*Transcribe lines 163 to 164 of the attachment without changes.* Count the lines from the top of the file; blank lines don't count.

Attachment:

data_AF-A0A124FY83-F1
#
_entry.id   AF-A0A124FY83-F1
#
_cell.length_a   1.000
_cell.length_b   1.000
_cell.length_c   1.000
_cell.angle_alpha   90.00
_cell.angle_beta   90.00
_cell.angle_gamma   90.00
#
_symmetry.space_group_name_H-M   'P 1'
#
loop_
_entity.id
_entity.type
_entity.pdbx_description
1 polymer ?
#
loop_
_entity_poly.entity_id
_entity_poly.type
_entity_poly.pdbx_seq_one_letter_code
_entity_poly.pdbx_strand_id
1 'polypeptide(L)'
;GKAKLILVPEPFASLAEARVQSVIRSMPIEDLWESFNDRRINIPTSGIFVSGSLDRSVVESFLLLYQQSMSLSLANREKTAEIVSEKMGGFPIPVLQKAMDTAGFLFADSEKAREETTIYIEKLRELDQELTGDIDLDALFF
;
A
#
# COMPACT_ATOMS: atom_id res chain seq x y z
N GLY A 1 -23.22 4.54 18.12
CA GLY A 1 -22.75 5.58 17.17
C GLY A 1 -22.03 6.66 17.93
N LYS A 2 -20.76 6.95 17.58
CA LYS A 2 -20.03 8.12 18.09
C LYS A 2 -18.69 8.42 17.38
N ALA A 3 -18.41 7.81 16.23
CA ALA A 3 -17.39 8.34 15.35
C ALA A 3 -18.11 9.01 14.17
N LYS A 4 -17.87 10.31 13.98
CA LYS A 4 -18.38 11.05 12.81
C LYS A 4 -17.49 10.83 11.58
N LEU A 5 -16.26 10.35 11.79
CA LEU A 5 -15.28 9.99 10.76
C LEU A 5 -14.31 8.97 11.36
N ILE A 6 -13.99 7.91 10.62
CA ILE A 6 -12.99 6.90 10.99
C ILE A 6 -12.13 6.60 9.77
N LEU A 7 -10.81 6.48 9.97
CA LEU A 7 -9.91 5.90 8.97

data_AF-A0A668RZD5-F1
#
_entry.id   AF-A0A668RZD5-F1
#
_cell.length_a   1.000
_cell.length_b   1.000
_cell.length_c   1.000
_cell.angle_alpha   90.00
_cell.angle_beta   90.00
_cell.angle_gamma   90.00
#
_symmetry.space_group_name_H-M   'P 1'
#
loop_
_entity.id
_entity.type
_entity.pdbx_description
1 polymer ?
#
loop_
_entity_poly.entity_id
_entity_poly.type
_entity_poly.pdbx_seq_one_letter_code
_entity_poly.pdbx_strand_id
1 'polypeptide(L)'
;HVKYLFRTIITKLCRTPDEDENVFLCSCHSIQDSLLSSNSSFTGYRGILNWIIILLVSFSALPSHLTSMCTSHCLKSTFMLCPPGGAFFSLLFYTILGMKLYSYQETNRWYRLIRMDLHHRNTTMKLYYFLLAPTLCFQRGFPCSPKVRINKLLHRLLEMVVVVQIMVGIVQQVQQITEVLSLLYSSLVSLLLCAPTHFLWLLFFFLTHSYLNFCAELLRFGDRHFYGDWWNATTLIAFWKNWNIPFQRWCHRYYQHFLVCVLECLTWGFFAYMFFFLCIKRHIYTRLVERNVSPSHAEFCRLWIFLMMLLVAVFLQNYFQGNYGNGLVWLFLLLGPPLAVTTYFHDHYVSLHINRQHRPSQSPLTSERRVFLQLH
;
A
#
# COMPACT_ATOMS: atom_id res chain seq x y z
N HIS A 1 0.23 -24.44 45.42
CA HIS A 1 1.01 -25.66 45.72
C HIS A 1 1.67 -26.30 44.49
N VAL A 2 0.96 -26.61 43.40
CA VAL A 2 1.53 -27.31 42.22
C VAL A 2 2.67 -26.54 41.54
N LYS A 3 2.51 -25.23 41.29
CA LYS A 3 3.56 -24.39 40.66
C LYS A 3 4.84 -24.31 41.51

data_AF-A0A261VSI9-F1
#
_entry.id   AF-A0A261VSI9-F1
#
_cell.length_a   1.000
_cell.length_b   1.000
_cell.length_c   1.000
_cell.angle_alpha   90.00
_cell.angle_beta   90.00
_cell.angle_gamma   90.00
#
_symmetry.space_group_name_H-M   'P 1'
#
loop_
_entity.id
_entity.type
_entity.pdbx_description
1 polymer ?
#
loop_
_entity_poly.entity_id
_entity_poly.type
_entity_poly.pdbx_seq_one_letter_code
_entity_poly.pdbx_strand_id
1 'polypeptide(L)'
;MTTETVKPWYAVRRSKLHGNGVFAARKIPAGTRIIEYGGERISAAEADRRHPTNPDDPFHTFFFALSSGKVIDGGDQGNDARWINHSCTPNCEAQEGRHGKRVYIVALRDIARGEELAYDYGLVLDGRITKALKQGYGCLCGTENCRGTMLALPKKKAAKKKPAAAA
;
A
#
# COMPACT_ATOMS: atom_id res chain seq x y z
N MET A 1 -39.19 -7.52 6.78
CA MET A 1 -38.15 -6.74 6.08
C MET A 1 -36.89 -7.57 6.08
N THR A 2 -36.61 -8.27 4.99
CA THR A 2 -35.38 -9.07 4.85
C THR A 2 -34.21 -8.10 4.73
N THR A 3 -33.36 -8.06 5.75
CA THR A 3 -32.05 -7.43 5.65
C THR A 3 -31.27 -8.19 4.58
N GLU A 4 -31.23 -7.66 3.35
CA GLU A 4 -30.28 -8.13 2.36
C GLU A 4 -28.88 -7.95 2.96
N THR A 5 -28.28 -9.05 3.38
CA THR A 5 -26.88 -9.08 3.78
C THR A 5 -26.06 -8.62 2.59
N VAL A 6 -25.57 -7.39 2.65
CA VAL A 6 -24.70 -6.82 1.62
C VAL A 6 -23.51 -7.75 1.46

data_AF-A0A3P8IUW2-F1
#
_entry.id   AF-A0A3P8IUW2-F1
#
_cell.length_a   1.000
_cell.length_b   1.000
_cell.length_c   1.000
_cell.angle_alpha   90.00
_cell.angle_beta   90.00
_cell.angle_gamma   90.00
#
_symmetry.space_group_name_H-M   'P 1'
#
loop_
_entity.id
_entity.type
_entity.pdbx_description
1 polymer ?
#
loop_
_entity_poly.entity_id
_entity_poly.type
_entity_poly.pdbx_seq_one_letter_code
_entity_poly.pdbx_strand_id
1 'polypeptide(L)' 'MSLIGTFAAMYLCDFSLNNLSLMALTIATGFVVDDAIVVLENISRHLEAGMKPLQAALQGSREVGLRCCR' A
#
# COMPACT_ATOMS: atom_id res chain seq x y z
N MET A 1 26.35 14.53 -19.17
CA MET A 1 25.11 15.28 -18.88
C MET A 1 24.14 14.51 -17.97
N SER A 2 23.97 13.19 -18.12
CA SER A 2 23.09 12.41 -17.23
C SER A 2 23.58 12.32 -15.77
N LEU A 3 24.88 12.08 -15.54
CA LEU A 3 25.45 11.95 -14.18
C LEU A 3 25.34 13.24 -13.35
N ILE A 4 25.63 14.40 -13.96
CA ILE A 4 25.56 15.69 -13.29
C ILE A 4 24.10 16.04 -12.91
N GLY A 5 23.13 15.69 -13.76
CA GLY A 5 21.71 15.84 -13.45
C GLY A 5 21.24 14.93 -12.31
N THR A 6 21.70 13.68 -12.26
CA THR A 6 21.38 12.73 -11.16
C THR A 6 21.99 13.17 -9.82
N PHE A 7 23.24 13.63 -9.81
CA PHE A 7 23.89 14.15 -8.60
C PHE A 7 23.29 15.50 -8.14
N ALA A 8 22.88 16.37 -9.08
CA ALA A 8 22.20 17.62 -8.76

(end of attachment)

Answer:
#
# COMPACT_ATOMS: atom_id res chain seq x y z